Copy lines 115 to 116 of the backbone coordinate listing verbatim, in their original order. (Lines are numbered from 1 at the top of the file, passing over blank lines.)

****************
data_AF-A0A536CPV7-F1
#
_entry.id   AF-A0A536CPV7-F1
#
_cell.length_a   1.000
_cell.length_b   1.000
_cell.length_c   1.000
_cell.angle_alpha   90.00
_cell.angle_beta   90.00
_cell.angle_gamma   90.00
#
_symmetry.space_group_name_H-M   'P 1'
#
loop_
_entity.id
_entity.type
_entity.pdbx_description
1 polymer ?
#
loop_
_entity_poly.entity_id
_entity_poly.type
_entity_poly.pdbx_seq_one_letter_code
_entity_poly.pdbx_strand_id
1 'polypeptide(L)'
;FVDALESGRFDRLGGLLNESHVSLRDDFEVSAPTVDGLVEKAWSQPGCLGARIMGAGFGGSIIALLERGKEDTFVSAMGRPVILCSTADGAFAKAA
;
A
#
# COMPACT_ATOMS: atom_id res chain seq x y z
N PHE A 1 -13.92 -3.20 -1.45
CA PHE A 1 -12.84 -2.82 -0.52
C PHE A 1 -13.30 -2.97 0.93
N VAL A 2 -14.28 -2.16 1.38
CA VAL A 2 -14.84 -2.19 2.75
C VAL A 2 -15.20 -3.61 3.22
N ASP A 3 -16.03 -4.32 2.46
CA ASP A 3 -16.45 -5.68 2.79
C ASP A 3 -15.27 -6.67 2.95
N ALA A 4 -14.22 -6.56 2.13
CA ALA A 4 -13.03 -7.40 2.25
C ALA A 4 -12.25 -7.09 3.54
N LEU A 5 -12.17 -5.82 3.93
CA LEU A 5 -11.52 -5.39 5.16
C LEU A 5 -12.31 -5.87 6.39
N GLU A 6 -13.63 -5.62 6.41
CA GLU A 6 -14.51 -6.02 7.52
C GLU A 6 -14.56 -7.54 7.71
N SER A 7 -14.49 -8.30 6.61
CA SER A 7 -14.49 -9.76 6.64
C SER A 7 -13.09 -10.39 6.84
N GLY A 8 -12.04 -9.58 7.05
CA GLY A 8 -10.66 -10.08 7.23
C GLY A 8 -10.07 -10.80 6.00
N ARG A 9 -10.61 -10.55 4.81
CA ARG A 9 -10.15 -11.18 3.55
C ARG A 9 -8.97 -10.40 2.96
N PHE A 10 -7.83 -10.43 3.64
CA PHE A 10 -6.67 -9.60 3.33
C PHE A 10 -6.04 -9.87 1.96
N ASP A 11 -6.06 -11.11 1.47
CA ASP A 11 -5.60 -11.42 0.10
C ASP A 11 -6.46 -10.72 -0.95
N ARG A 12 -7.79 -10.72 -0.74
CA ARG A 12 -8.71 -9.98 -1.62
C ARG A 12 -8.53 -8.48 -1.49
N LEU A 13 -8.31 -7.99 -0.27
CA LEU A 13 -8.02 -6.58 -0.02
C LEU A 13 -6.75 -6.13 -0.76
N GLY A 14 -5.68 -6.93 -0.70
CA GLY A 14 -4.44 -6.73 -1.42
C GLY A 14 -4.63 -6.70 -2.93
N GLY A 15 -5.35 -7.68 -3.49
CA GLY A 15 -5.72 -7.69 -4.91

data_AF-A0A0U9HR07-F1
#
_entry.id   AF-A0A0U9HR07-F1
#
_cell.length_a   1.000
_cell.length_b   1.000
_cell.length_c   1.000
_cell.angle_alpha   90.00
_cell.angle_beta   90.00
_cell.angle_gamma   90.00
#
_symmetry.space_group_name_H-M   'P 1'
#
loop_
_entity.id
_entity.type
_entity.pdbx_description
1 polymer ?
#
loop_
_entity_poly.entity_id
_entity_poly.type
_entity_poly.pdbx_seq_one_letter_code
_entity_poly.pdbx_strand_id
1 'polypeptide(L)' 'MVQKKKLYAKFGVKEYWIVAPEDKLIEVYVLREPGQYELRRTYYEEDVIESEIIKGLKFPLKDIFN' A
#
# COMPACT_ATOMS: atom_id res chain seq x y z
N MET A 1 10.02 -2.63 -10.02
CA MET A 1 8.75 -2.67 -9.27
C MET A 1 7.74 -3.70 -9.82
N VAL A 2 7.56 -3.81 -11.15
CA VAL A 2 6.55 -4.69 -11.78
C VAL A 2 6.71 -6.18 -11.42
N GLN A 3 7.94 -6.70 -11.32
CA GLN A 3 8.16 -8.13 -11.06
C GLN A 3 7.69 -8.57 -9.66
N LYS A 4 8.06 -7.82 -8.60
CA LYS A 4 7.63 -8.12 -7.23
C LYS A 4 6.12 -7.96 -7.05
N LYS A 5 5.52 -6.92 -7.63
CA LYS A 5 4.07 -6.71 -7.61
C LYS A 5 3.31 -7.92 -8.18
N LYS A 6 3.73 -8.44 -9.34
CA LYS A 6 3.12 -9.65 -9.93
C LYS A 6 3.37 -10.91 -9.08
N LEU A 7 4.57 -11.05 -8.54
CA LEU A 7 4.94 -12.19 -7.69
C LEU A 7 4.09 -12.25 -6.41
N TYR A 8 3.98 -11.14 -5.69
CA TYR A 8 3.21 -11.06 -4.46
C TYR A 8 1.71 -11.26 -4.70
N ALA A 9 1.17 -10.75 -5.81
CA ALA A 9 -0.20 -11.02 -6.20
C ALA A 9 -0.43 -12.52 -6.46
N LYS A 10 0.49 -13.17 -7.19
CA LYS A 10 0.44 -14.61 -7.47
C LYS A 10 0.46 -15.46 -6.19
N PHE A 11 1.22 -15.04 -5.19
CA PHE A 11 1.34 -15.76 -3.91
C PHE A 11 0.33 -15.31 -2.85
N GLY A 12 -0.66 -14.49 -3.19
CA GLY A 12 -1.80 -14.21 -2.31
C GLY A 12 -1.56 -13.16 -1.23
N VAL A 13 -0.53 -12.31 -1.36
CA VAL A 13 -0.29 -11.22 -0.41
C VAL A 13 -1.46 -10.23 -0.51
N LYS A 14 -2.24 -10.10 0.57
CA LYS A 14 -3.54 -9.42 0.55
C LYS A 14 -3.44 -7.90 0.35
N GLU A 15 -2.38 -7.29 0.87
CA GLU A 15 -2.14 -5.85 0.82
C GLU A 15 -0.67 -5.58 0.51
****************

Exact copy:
CA LYS A 5 4.07 -6.71 -7.61
C LYS A 5 3.31 -7.92 -8.18